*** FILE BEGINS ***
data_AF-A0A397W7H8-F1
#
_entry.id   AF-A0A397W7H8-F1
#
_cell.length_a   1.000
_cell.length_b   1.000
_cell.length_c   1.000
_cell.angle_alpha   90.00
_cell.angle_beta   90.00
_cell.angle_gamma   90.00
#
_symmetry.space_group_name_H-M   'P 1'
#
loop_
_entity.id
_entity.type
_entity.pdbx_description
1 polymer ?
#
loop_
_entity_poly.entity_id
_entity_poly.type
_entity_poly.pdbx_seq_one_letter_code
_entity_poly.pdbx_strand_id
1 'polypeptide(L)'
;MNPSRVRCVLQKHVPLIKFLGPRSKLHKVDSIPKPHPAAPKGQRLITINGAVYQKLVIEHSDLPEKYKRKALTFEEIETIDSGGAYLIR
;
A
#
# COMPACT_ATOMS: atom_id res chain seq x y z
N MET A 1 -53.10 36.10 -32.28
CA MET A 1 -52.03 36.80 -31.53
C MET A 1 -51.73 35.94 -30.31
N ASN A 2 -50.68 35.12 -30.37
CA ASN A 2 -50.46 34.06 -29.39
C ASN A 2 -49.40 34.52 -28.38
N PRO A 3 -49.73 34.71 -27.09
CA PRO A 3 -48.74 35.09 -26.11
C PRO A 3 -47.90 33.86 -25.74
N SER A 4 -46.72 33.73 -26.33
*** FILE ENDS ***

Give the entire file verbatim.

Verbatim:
data_AF-A0A397W7H8-F1
#
_entry.id   AF-A0A397W7H8-F1
#
_cell.length_a   1.000
_cell.length_b   1.000
_cell.length_c   1.000
_cell.angle_alpha   90.00
_cell.angle_beta   90.00
_cell.angle_gamma   90.00
#
_symmetry.space_group_name_H-M   'P 1'
#
loop_
_entity.id
_entity.type
_entity.pdbx_description
1 polymer ?
#
loop_
_entity_poly.entity_id
_entity_poly.type
_entity_poly.pdbx_seq_one_letter_code
_entity_poly.pdbx_strand_id
1 'polypeptide(L)'
;MNPSRVRCVLQKHVPLIKFLGPRSKLHKVDSIPKPHPAAPKGQRLITINGAVYQKLVIEHSDLPEKYKRKALTFEEIETIDSGGAYLIR
;
A
#
# COMPACT_ATOMS: atom_id res chain seq x y z
N MET A 1 -53.10 36.10 -32.28
CA MET A 1 -52.03 36.80 -31.53
C MET A 1 -51.73 35.94 -30.31
N ASN A 2 -50.68 35.12 -30.37
CA ASN A 2 -50.46 34.06 -29.39
C ASN A 2 -49.40 34.52 -28.38
N PRO A 3 -49.73 34.71 -27.09
CA PRO A 3 -48.74 35.09 -26.11
C PRO A 3 -47.90 33.86 -25.74
N SER A 4 -46.72 33.73 -26.33